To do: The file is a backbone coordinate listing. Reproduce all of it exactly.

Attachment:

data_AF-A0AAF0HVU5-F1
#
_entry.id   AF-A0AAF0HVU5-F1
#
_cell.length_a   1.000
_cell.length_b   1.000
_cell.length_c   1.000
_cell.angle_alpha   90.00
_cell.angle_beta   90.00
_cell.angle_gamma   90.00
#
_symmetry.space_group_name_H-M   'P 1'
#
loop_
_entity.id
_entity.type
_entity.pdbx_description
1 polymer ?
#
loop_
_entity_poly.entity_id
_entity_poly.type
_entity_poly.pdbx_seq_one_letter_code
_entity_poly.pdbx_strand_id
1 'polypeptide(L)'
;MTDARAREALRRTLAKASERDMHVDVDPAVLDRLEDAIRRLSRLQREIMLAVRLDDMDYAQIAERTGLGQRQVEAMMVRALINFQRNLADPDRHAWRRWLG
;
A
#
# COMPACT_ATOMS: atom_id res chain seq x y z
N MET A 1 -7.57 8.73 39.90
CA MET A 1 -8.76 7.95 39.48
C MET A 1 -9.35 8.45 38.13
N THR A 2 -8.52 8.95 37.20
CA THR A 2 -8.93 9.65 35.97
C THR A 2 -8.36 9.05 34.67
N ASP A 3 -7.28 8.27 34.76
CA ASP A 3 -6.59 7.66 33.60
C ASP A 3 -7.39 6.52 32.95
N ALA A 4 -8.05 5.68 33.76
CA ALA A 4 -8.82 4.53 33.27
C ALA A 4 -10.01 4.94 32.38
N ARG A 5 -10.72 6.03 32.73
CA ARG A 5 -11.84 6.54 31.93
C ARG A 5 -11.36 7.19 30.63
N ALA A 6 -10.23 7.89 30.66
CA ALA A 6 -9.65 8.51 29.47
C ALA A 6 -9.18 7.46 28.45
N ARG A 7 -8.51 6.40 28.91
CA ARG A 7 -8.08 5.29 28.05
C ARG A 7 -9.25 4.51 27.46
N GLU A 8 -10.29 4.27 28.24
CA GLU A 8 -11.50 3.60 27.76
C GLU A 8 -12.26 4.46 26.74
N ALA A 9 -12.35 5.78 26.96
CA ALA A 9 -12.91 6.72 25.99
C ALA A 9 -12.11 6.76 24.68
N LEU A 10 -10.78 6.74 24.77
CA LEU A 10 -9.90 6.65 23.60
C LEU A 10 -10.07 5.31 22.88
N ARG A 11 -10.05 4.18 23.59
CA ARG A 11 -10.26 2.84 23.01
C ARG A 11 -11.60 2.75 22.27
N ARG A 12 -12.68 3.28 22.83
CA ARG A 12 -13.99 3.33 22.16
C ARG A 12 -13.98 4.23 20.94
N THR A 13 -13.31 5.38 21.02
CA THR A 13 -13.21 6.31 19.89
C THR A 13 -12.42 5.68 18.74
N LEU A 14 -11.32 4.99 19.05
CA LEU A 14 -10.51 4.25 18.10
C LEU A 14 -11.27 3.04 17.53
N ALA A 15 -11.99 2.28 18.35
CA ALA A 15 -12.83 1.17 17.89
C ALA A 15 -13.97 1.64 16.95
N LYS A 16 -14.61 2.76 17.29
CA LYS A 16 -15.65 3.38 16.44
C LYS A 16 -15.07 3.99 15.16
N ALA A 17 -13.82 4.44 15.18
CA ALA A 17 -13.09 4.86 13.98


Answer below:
data_AF-A0AAF0HVU5-F1
#
_entry.id   AF-A0AAF0HVU5-F1
#
_cell.length_a   1.000
_cell.length_b   1.000
_cell.length_c   1.000
_cell.angle_alpha   90.00
_cell.angle_beta   90.00
_cell.angle_gamma   90.00
#
_symmetry.space_group_name_H-M   'P 1'
#
loop_
_entity.id
_entity.type
_entity.pdbx_description
1 polymer ?
#
loop_
_entity_poly.entity_id
_entity_poly.type
_entity_poly.pdbx_seq_one_letter_code
_entity_poly.pdbx_strand_id
1 'polypeptide(L)'
;MTDARAREALRRTLAKASERDMHVDVDPAVLDRLEDAIRRLSRLQREIMLAVRLDDMDYAQIAERTGLGQRQVEAMMVRALINFQRNLADPDRHAWRRWLG
;
A
#
# COMPACT_ATOMS: atom_id res chain seq x y z
N MET A 1 -7.57 8.73 39.90
CA MET A 1 -8.76 7.95 39.48
C MET A 1 -9.35 8.45 38.13
N THR A 2 -8.52 8.95 37.20
CA THR A 2 -8.93 9.65 35.97
C THR A 2 -8.36 9.05 34.67
N ASP A 3 -7.28 8.27 34.76
CA ASP A 3 -6.59 7.66 33.60
C ASP A 3 -7.39 6.52 32.95
N ALA A 4 -8.05 5.68 33.76
CA ALA A 4 -8.82 4.53 33.27
C ALA A 4 -10.01 4.94 32.38
N ARG A 5 -10.72 6.03 32.73
CA ARG A 5 -11.84 6.54 31.93
C ARG A 5 -11.36 7.19 30.63
N ALA A 6 -10.23 7.89 30.66
CA ALA A 6 -9.65 8.51 29.47
C ALA A 6 -9.18 7.46 28.45
N ARG A 7 -8.51 6.40 28.91
CA ARG A 7 -8.08 5.29 28.05
C ARG A 7 -9.25 4.51 27.46
N GLU A 8 -10.29 4.27 28.24
CA GLU A 8 -11.50 3.60 27.76
C GLU A 8 -12.26 4.46 26.74
N ALA A 9 -12.35 5.78 26.96
CA ALA A 9 -12.91 6.72 25.99
C ALA A 9 -12.11 6.76 24.68
N LEU A 10 -10.78 6.74 24.77
CA LEU A 10 -9.90 6.65 23.60
C LEU A 10 -10.07 5.31 22.88
N ARG A 11 -10.05 4.18 23.59
CA ARG A 11 -10.26 2.84 23.01
C ARG A 11 -11.60 2.75 22.27
N ARG A 12 -12.68 3.28 22.83
CA ARG A 12 -13.99 3.33 22.16
C ARG A 12 -13.98 4.23 20.94
N THR A 13 -13.31 5.38 21.02
CA THR A 13 -13.21 6.31 19.89
C THR A 13 -12.42 5.68 18.74
N LEU A 14 -11.32 4.99 19.05
CA LEU A 14 -10.51 4.25 18.10
C LEU A 14 -11.27 3.04 17.53
N ALA A 15 -11.99 2.28 18.35
CA ALA A 15 -12.83 1.17 17.89
C ALA A 15 -13.97 1.64 16.95
N LYS A 16 -14.61 2.76 17.29
CA LYS A 16 -15.65 3.38 16.44
C LYS A 16 -15.07 3.99 15.16
N ALA A 17 -13.82 4.44 15.18
CA ALA A 17 -13.09 4.86 13.98